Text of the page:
Caroline Krauss-Browne and Margaret Canby
Today, Blank Rome LLP and co-counsel argued before the New York State Court of Appeals on behalf of a non-biological lesbian mother, Brooke Barone, who is seeking shared parenting time and financial responsibility for a child she and her former same-sex partner, Elizabeth Cleland, planned for and raised together. The couple planned to marry but separated before the marriage equality law passed.
“Today, we aim to correct a terrible injustice. Our client, Brooke, must be equally recognized under law as a legal guardian to her son in the same manner as his biological mother,” said Ms. Canby. “This appeal was brought by the attorney appointed for the child based on his steadfast belief that the child longs for a reunion with his mother, Brooke. He argues, and we join him, that the failure to reunite this child with Brooke, based upon a 1991 judicial ruling – not a statute – that defines parenthood in an overly restrictive, outmoded, and discriminatory fashion, is against the child’s best interest and will do him substantial harm.”
Together with Lambda Legal and the LGBT Bar Association of Greater New York, Blank Rome represents Ms. Barone in her effort to continue to parent the six-year-old son she and Ms. Cleland planned to have together. The couple met in 2006, made a home together and became engaged in hopes that they would marry as soon as it became legal for them to do so in their home state of New York. Though not legally allowed to marry, the couple wanted to start their family immediately. They agreed that Ms. Cleland would carry the child, and she became pregnant in 2008 using an anonymous donor.
When their son was born, Ms. Barone was in the delivery room and even cut the newborn’s umbilical cord. They used Ms. Barone’s last name on birth certificate. Birth announcements were placed in the local newspaper listing both parties as the parents of the child. And, the women were held out as the parents of the child at his baptism. From the start, Ms. Barone fed their son, changed him, rocked him, bathed him, and took care of all the responsibilities a mother has to a baby. To his doctor, his day care, the pastor who baptized him, Ms. Barone is one of his mothers. When the couple’s relationship ended in 2010, Ms. Barone continued to parent their son and provided for him financially for the following three years.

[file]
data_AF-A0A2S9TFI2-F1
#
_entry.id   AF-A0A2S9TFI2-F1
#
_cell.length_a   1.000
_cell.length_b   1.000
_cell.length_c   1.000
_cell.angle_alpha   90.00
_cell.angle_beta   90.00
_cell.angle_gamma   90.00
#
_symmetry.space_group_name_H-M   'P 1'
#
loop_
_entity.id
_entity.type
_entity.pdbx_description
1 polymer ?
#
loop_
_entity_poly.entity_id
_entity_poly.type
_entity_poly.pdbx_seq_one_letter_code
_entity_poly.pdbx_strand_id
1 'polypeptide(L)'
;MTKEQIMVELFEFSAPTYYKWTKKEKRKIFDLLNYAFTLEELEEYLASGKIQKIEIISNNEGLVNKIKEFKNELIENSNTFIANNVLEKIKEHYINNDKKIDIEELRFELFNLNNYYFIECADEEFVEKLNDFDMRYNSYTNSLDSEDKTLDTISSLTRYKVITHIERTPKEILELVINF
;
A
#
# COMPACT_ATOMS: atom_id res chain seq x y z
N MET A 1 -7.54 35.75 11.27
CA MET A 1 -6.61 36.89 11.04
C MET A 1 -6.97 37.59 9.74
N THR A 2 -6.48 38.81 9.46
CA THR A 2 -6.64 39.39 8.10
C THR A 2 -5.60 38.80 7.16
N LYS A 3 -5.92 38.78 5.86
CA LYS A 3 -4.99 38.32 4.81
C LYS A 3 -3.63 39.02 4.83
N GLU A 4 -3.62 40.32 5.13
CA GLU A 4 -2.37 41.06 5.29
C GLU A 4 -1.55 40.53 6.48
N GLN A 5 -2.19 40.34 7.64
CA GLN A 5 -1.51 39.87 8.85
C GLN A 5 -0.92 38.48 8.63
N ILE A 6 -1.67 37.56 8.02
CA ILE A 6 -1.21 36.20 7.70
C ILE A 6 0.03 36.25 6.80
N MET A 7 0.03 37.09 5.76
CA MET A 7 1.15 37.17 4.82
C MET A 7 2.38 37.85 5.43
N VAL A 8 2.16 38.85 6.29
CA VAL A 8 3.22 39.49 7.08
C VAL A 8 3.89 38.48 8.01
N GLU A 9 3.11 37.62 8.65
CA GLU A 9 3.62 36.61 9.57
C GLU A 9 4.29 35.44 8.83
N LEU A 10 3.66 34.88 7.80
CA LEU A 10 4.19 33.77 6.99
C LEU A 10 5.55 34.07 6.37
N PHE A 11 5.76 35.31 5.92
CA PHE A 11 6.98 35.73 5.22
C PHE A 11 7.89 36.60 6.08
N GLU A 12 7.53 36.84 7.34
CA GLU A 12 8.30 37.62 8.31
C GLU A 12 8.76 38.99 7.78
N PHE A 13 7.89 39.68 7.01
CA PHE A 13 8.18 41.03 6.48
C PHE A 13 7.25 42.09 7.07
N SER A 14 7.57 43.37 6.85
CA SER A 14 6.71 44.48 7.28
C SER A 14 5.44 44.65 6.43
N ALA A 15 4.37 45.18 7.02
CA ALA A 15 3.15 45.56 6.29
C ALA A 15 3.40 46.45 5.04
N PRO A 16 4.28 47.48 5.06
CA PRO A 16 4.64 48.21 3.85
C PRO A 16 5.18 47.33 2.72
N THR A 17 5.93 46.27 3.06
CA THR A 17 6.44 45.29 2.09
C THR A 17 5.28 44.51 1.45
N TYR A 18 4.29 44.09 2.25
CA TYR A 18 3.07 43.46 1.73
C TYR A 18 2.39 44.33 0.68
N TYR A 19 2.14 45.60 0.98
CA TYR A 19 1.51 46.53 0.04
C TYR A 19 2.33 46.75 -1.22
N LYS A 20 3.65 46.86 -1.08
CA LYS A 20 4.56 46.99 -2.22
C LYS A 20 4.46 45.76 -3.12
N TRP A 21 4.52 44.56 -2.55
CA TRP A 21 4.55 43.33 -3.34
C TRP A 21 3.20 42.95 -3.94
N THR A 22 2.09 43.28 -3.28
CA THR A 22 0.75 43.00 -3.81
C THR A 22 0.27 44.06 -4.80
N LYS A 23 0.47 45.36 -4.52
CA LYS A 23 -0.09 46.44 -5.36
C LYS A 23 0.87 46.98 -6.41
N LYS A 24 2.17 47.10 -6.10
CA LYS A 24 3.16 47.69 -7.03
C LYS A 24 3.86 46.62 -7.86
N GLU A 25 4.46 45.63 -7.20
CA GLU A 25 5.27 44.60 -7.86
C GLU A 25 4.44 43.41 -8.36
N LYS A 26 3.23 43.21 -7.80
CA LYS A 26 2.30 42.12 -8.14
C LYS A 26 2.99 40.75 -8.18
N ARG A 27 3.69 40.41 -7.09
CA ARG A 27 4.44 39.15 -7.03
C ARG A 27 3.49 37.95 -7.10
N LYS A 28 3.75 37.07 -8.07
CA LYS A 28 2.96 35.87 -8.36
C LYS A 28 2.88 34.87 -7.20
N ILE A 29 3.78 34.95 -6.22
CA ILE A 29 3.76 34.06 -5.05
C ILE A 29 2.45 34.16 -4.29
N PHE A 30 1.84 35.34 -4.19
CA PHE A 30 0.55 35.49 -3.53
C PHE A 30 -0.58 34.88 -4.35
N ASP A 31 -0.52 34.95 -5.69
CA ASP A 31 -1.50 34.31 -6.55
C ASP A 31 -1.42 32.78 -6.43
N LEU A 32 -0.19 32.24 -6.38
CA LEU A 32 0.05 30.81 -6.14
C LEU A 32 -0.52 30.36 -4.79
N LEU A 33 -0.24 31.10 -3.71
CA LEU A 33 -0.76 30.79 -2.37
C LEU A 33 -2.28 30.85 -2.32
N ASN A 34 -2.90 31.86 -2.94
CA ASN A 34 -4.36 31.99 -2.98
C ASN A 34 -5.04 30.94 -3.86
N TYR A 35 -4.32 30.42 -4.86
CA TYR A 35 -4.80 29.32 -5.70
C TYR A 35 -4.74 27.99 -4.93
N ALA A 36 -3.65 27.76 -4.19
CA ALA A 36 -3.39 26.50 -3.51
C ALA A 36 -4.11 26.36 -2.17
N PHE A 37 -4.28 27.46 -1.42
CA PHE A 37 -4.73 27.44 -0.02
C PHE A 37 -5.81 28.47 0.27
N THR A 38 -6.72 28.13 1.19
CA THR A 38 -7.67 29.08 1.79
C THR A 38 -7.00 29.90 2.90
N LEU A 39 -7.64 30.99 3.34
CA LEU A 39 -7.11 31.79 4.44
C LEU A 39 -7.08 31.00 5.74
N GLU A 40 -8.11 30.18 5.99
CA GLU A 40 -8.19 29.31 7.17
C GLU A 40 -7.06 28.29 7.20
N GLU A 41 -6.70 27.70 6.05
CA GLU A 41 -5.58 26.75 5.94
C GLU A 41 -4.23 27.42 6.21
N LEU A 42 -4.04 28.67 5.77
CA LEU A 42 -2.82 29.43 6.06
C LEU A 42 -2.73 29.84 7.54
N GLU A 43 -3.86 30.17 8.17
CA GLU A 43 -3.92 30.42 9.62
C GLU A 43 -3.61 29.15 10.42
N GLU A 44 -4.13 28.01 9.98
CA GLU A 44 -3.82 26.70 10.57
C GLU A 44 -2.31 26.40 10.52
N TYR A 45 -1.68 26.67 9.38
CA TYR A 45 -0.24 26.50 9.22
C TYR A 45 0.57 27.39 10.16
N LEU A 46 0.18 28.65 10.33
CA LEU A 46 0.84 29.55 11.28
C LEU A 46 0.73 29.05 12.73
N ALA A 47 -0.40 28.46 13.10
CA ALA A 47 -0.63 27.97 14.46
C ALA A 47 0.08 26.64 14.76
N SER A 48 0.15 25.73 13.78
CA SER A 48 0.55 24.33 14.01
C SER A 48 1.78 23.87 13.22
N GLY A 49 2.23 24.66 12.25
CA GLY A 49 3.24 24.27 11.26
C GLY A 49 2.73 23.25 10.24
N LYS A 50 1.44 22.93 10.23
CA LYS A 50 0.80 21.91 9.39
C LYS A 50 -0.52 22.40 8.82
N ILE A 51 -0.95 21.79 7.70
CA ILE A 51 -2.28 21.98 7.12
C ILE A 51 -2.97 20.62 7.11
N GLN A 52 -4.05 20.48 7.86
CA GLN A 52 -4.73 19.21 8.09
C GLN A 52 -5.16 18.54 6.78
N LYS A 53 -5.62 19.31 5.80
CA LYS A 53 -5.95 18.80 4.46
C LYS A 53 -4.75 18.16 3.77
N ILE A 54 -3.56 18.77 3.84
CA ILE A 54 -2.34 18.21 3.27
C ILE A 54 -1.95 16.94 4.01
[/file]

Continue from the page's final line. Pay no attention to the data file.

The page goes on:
In 2013, Ms. Cleland abruptly cut off contact between Ms. Barone and their son, requiring Ms. Barone to file for custody and visitation. The family court determined its hands were tied based on the high court’s decisions in 1991 in Alison D. and in a subsequent parenting case in 2010, Debra H. v. Janice R. The court dismissed Ms. Barone’s petition. The appellate court affirmed the lower court decision. After the attorney for the child asked the Court of Appeals to hear the case, New York’s high court accepted review.
Today, Blank Rome joined in arguing that the prevailing New York legal precedents do not account for the myriad ways that people make families, including same-sex couples, and that to consider non-biological parents “legal strangers” to the children they have cared for since birth is not in the best interest of these children. New York’s passage of the Marriage Equality Act and the U.S. Supreme Court’s 2015 marriage ruling in Obergefell v. Hodges call for greater respect for the families formed by same-sex couples and their recognition as full-fledged parents of their children.
Many prominent legal and child welfare experts have filed friend-of-the-court briefs on the side of Ms. Barone and her son, including the New York State Bar Association, the New York City Bar Association, the National Association of Social Workers, and 45 family law academics on the faculty of every law school in New York State.
In addition to Ms. Canby and Ms. Krauss-Browne of Blank Rome, who represent Ms. Barone on a pro bono basis, the legal team includes Susan Sommer of Lambda Legal and Brett Figlewski of the LGBT Bar Association of Greater New York. The child is represented by R. Thomas Rankin of Goodell & Rankin and Eric I. Wrubel, Linda Genero Sklaren and Alex R. Goldberg of Warshaw Burstein, LLP, who, along with Ms. Barone, also seek reversal of the decisions of the lower courts.
The case is Brooke S.B. v. Elizabeth C.C.